Long story short, I have managed to convert some of the assset files that come with "Sid Meier's Railroad Tycoon Deluxe" into a modern file format (png) and have a pretty good idea of what the other files are about. In the end this is not the tale of a great feat I would have hoped it would become. My moderate success was not due to some sudden spark of genius but due to more sleepless nights than I care to admit in which I banged my head at the disassembly.
Over years I have revisited and left the problem again many times, Years with pauses of several months between shorts bursts of renewed interest, the latter often coinciding with updates in Krishty's "Extracting Ace Combat" Thread here.
I don't even know what I did wrong over all that time. One evening without consciously doing anything different than before, I "just knew" I was, finally, looking at the disassembly of the right function (Figure 1). I ported the assembly verbatim to C (think: uint16_t ax = 0x0;) , and I was done. Subsequent restructuring of the code in a more high-level style did not reveal any hidden secrets, at least not to me. Totally anticlimactic.
Code: Alles auswählen
_071B:0010 _071B:0010 ; =============== S U B R O U T I N E ======================================= _071B:0010 _071B:0010 ; Attributes: bp-based frame _071B:0010 _071B:0010 sub_56E0 proc far ; CODE XREF: sub_1EE2+B2↑P _071B:0010 _071B:0010 arg_0 = dword ptr 6 _071B:0010 arg_4 = dword ptr 0Ah _071B:0010 arg_8 = word ptr 0Eh _071B:0010 _071B:0010 push bp _071B:0011 mov bp, sp _071B:0013 push si _071B:0014 push di _071B:0015 push ds _071B:0016 push es _071B:0017 push bx _071B:0018 cld _071B:0019 mov ax, [bp+arg_8] _071B:001C cmp ax, 1 _071B:001F ja short loc_56F3 _071B:0021 out 0A6h, al ; Interrupt Controller #2, 8259A _071B:0023 _071B:0023 loc_56F3: ; CODE XREF: sub_56E0+F↑j _071B:0023 les di, [bp+arg_4] _071B:0026 lds si, [bp+arg_0] _071B:0029 mov dx, 10h _071B:002C lodsw _071B:002D mov bp, ax _071B:002F _071B:002F loc_56FF: ; CODE XREF: sub_56E0+2C↓j _071B:002F ; sub_56E0+76↓j ... _071B:002F shr bp, 1 _071B:0031 dec dx _071B:0032 jnz short loc_5709 _071B:0034 lodsw _071B:0035 mov bp, ax _071B:0037 mov dl, 10h _071B:0039 _071B:0039 loc_5709: ; CODE XREF: sub_56E0+22↑j _071B:0039 jnb short loc_570E _071B:003B movsb _071B:003C jmp short loc_56FF _071B:003E ; ---------------------------------------------------------------------------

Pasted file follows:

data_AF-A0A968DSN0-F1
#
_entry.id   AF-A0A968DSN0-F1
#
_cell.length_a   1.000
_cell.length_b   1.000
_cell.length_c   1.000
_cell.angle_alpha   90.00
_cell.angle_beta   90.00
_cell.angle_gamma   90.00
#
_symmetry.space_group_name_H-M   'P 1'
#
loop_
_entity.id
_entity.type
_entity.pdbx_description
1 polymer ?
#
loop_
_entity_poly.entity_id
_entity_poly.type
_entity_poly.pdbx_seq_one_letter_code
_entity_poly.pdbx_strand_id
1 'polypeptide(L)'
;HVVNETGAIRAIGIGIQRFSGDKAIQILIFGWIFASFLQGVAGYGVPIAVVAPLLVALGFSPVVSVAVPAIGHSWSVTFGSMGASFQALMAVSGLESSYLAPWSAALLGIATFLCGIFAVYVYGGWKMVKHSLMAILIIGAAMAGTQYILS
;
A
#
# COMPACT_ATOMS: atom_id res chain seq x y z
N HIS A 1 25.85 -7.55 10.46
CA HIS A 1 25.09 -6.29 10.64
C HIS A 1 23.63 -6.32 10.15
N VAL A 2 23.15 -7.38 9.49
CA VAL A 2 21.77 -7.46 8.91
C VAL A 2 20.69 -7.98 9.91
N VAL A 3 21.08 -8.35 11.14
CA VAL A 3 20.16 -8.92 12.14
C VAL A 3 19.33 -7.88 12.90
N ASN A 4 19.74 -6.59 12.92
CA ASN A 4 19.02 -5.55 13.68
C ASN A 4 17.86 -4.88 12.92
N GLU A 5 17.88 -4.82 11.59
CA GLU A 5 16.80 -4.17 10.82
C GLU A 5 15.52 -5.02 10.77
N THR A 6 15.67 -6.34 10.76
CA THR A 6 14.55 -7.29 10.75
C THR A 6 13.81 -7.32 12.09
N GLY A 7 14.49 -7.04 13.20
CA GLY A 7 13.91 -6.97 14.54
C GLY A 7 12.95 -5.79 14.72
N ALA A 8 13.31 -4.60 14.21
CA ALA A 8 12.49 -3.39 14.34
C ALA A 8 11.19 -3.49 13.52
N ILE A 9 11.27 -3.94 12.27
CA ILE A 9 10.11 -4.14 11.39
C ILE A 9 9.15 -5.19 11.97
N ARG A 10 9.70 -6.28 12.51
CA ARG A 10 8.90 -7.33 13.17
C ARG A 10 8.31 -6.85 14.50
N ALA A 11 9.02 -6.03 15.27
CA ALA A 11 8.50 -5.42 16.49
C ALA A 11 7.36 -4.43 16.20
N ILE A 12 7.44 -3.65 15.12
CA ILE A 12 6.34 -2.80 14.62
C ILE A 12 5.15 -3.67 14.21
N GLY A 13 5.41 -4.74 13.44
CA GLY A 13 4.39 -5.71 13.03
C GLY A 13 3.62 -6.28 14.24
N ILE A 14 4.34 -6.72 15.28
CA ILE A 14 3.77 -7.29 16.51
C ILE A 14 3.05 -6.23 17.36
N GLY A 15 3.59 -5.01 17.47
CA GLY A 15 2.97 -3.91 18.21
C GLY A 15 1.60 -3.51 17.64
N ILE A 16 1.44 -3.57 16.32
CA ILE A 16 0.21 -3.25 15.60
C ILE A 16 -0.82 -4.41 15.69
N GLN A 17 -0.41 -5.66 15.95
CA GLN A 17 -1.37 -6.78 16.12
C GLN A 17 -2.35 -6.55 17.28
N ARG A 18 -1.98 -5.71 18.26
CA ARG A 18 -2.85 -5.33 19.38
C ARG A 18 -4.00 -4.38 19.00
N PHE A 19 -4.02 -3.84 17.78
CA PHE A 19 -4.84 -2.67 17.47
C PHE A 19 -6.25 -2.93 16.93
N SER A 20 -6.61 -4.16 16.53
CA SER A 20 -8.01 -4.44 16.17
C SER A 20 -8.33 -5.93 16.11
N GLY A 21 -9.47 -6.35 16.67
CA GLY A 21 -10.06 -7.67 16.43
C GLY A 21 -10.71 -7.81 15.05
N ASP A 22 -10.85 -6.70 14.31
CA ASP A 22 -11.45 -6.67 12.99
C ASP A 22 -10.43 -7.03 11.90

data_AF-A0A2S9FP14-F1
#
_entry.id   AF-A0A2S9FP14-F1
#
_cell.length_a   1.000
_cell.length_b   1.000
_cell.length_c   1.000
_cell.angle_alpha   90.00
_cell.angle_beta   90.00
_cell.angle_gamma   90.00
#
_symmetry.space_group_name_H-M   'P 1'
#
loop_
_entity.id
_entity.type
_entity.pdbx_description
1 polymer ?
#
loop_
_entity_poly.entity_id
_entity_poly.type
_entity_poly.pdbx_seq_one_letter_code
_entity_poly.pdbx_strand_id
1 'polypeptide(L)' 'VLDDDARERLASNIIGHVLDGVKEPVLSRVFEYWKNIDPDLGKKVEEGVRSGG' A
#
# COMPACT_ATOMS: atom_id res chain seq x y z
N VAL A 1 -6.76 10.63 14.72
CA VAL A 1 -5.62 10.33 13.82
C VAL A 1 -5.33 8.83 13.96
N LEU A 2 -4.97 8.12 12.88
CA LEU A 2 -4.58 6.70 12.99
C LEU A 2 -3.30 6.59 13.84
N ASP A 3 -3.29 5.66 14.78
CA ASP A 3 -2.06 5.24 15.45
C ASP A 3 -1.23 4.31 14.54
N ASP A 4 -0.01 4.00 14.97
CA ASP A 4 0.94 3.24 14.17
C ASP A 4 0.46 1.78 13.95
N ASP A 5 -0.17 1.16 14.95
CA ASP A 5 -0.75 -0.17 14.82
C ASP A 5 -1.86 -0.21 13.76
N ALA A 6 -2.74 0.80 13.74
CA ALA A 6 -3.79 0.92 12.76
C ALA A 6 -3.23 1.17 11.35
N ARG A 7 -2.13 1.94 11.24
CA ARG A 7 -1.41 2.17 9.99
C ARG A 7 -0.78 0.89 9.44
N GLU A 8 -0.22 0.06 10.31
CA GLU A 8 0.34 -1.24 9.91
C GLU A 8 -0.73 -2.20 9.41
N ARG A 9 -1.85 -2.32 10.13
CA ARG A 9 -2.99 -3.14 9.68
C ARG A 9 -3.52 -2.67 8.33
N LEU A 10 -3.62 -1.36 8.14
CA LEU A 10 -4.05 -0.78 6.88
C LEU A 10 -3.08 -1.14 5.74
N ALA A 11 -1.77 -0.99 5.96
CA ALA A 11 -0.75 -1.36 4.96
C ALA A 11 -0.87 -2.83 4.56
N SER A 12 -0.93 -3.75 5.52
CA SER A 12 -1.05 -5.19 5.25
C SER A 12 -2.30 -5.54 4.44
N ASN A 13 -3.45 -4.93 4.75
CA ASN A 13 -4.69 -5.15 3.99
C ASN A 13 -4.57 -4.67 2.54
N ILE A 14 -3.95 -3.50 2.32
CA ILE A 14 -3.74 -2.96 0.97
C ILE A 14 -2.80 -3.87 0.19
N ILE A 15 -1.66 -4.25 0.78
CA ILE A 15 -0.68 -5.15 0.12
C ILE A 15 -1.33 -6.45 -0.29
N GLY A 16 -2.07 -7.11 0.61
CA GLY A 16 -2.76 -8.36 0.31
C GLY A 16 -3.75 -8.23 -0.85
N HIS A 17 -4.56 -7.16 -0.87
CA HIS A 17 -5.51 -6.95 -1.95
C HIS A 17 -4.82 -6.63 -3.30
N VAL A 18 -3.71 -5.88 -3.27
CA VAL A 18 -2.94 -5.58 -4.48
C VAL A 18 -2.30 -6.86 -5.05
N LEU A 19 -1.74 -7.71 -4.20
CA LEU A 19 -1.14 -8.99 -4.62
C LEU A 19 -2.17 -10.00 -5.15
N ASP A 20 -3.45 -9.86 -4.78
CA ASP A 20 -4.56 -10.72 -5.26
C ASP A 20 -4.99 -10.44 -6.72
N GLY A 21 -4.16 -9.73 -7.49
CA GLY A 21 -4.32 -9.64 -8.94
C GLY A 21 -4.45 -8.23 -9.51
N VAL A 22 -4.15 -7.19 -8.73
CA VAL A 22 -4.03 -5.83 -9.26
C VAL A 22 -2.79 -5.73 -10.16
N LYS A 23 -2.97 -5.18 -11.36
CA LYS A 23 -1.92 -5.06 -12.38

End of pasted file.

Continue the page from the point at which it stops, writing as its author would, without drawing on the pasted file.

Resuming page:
This post will probably make very little sense without the context of Krishty's thread as linked above. I suggest you read that thread first. It is the more interesting read anyway. I will reference that thread a lot, maybe to the point where it gets awkward. To avoid misunderstandings: Krishty and I never met. The number of PMs we exchanged over the years can be counted on one hand, I think. He does not know about this project until now and I do not know anything about him other that he did a cool thing and I wanted to do the same. I will go into my motivation some more now but part of me thinks, that is all hindsight rationalisation and basically this is about competition. "If Krishty can do it, I will be damned if I can't." Maybe I'm overthinking this.